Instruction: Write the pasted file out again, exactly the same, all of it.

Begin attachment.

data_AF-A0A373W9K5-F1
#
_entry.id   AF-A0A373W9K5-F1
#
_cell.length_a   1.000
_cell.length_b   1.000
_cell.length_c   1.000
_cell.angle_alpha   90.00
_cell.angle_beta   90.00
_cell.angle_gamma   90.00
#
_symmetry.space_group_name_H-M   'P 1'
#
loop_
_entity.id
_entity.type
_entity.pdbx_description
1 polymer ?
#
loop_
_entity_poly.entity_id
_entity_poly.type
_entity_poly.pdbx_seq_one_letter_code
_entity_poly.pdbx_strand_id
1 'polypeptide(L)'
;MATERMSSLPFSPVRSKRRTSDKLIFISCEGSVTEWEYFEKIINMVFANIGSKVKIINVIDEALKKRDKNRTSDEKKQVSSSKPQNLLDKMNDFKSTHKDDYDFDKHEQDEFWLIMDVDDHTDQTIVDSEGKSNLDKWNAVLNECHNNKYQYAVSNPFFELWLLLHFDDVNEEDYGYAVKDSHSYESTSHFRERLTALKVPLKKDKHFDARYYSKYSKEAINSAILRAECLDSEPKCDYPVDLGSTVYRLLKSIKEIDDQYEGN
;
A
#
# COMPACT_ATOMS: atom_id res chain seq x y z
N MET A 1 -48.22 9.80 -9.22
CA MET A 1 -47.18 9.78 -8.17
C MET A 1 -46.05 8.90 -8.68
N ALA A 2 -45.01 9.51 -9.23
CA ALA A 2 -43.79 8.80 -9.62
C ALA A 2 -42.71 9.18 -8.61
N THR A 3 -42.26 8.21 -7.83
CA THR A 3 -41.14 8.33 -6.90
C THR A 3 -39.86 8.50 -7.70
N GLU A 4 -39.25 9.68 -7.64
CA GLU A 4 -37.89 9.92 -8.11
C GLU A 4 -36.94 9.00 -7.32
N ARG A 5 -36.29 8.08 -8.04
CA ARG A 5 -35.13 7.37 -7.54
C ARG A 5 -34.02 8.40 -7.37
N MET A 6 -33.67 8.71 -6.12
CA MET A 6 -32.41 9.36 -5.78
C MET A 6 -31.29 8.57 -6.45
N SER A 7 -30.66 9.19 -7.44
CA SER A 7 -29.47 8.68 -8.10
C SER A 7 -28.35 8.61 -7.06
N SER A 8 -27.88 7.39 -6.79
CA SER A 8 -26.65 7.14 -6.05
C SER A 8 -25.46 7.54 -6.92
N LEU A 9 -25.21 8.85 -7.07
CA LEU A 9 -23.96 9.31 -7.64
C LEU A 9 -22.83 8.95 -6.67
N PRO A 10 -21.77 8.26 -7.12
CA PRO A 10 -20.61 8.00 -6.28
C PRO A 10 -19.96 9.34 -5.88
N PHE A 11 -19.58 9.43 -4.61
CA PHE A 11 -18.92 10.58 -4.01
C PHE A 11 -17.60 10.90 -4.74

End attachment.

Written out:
data_AF-A0A373W9K5-F1
#
_entry.id   AF-A0A373W9K5-F1
#
_cell.length_a   1.000
_cell.length_b   1.000
_cell.length_c   1.000
_cell.angle_alpha   90.00
_cell.angle_beta   90.00
_cell.angle_gamma   90.00
#
_symmetry.space_group_name_H-M   'P 1'
#
loop_
_entity.id
_entity.type
_entity.pdbx_description
1 polymer ?
#
loop_
_entity_poly.entity_id
_entity_poly.type
_entity_poly.pdbx_seq_one_letter_code
_entity_poly.pdbx_strand_id
1 'polypeptide(L)'
;MATERMSSLPFSPVRSKRRTSDKLIFISCEGSVTEWEYFEKIINMVFANIGSKVKIINVIDEALKKRDKNRTSDEKKQVSSSKPQNLLDKMNDFKSTHKDDYDFDKHEQDEFWLIMDVDDHTDQTIVDSEGKSNLDKWNAVLNECHNNKYQYAVSNPFFELWLLLHFDDVNEEDYGYAVKDSHSYESTSHFRERLTALKVPLKKDKHFDARYYSKYSKEAINSAILRAECLDSEPKCDYPVDLGSTVYRLLKSIKEIDDQYEGN
;
A
#
# COMPACT_ATOMS: atom_id res chain seq x y z
N MET A 1 -48.22 9.80 -9.22
CA MET A 1 -47.18 9.78 -8.17
C MET A 1 -46.05 8.90 -8.68
N ALA A 2 -45.01 9.51 -9.23
CA ALA A 2 -43.79 8.80 -9.62
C ALA A 2 -42.71 9.18 -8.61
N THR A 3 -42.26 8.21 -7.83
CA THR A 3 -41.14 8.33 -6.90
C THR A 3 -39.86 8.50 -7.70
N GLU A 4 -39.25 9.68 -7.64
CA GLU A 4 -37.89 9.92 -8.11
C GLU A 4 -36.94 9.00 -7.32
N ARG A 5 -36.29 8.08 -8.04
CA ARG A 5 -35.13 7.37 -7.54
C ARG A 5 -34.02 8.40 -7.37
N MET A 6 -33.67 8.71 -6.12
CA MET A 6 -32.41 9.36 -5.78
C MET A 6 -31.29 8.57 -6.45
N SER A 7 -30.66 9.19 -7.44
CA SER A 7 -29.47 8.68 -8.10
C SER A 7 -28.35 8.61 -7.06
N SER A 8 -27.88 7.39 -6.79
CA SER A 8 -26.65 7.14 -6.05
C SER A 8 -25.46 7.54 -6.92
N LEU A 9 -25.21 8.85 -7.07
CA LEU A 9 -23.96 9.31 -7.64
C LEU A 9 -22.83 8.95 -6.67
N PRO A 10 -21.77 8.26 -7.12
CA PRO A 10 -20.61 8.00 -6.28
C PRO A 10 -19.96 9.34 -5.88
N PHE A 11 -19.58 9.43 -4.61
CA PHE A 11 -18.92 10.58 -4.01
C PHE A 11 -17.60 10.90 -4.74